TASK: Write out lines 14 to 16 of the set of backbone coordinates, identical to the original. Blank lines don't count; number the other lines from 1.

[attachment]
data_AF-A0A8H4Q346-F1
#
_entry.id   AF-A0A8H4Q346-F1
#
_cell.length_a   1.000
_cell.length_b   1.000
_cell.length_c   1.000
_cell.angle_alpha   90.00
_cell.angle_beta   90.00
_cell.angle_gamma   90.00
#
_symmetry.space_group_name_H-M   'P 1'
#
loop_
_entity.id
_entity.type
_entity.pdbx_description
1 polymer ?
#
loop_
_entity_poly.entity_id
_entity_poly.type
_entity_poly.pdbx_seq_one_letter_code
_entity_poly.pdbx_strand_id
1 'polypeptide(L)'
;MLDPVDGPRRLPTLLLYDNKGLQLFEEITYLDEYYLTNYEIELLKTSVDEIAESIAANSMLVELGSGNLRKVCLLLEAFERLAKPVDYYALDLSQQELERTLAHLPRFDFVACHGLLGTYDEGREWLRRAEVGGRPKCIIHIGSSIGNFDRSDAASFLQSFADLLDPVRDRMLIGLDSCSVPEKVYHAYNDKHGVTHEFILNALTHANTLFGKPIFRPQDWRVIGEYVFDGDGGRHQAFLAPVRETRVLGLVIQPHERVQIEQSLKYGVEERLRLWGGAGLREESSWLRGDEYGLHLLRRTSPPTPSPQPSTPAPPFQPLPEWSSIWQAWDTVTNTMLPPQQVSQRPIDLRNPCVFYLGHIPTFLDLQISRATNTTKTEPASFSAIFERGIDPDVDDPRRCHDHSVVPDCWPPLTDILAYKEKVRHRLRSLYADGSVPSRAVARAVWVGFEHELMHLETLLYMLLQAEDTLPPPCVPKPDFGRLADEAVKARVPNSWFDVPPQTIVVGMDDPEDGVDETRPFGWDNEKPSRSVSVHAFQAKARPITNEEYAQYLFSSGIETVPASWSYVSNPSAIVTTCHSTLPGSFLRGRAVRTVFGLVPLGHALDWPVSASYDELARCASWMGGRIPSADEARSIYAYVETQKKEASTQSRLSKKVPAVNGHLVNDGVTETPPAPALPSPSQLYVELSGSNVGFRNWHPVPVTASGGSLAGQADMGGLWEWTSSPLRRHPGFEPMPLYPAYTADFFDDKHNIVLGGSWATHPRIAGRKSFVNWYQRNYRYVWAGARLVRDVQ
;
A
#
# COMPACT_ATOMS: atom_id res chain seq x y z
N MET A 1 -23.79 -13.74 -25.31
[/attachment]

loop_
_entity.id
_entity.type